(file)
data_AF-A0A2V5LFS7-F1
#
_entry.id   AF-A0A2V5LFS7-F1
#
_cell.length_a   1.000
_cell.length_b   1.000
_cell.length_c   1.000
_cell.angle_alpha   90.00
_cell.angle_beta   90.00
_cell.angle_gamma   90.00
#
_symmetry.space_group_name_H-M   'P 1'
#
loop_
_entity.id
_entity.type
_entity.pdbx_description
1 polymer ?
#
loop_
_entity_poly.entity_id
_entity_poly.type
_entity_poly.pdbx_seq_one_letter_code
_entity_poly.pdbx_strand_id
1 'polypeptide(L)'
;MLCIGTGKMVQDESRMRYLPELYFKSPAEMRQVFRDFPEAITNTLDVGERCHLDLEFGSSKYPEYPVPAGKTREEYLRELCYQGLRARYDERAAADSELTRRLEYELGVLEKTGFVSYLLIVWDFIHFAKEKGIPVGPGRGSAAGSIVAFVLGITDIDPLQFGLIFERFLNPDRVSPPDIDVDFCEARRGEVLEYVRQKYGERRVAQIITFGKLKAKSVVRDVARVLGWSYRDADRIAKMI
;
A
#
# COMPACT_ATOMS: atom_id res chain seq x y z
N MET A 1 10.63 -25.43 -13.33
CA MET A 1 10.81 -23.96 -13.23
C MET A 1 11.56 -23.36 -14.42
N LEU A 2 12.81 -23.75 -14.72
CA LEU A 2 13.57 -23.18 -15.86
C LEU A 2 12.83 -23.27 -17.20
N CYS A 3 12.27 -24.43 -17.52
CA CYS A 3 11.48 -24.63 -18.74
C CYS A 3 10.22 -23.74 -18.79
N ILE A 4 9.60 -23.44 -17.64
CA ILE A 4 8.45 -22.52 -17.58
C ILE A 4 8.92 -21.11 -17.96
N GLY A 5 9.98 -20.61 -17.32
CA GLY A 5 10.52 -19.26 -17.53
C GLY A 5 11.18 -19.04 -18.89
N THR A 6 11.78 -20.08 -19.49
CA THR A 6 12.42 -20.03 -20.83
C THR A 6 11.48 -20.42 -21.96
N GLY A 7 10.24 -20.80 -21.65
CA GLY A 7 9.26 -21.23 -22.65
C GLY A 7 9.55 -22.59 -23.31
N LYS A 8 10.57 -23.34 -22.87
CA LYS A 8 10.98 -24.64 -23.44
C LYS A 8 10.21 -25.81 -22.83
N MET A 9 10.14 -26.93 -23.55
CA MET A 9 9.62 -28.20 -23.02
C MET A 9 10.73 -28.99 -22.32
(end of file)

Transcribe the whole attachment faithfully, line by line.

data_AF-A0A2V5LFS7-F1
#
_entry.id   AF-A0A2V5LFS7-F1
#
_cell.length_a   1.000
_cell.length_b   1.000
_cell.length_c   1.000
_cell.angle_alpha   90.00
_cell.angle_beta   90.00
_cell.angle_gamma   90.00
#
_symmetry.space_group_name_H-M   'P 1'
#
loop_
_entity.id
_entity.type
_entity.pdbx_description
1 polymer ?
#
loop_
_entity_poly.entity_id
_entity_poly.type
_entity_poly.pdbx_seq_one_letter_code
_entity_poly.pdbx_strand_id
1 'polypeptide(L)'
;MLCIGTGKMVQDESRMRYLPELYFKSPAEMRQVFRDFPEAITNTLDVGERCHLDLEFGSSKYPEYPVPAGKTREEYLRELCYQGLRARYDERAAADSELTRRLEYELGVLEKTGFVSYLLIVWDFIHFAKEKGIPVGPGRGSAAGSIVAFVLGITDIDPLQFGLIFERFLNPDRVSPPDIDVDFCEARRGEVLEYVRQKYGERRVAQIITFGKLKAKSVVRDVARVLGWSYRDADRIAKMI
;
A
#
# COMPACT_ATOMS: atom_id res chain seq x y z
N MET A 1 10.63 -25.43 -13.33
CA MET A 1 10.81 -23.96 -13.23
C MET A 1 11.56 -23.36 -14.42
N LEU A 2 12.81 -23.75 -14.72
CA LEU A 2 13.57 -23.18 -15.86
C LEU A 2 12.83 -23.27 -17.20
N CYS A 3 12.27 -24.43 -17.52
CA CYS A 3 11.48 -24.63 -18.74
C CYS A 3 10.22 -23.74 -18.79
N ILE A 4 9.60 -23.44 -17.64
CA ILE A 4 8.45 -22.52 -17.58
C ILE A 4 8.92 -21.11 -17.96
N GLY A 5 9.98 -20.61 -17.32
CA GLY A 5 10.52 -19.26 -17.53
C GLY A 5 11.18 -19.04 -18.89
N THR A 6 11.78 -20.08 -19.49
CA THR A 6 12.42 -20.03 -20.83
C THR A 6 11.48 -20.42 -21.96
N GLY A 7 10.24 -20.80 -21.65
CA GLY A 7 9.26 -21.23 -22.65
C GLY A 7 9.55 -22.59 -23.31
N LYS A 8 10.57 -23.34 -22.87
CA LYS A 8 10.98 -24.64 -23.44
C LYS A 8 10.21 -25.81 -22.83
N MET A 9 10.14 -26.93 -23.55
CA MET A 9 9.62 -28.20 -23.02
C MET A 9 10.73 -28.99 -22.32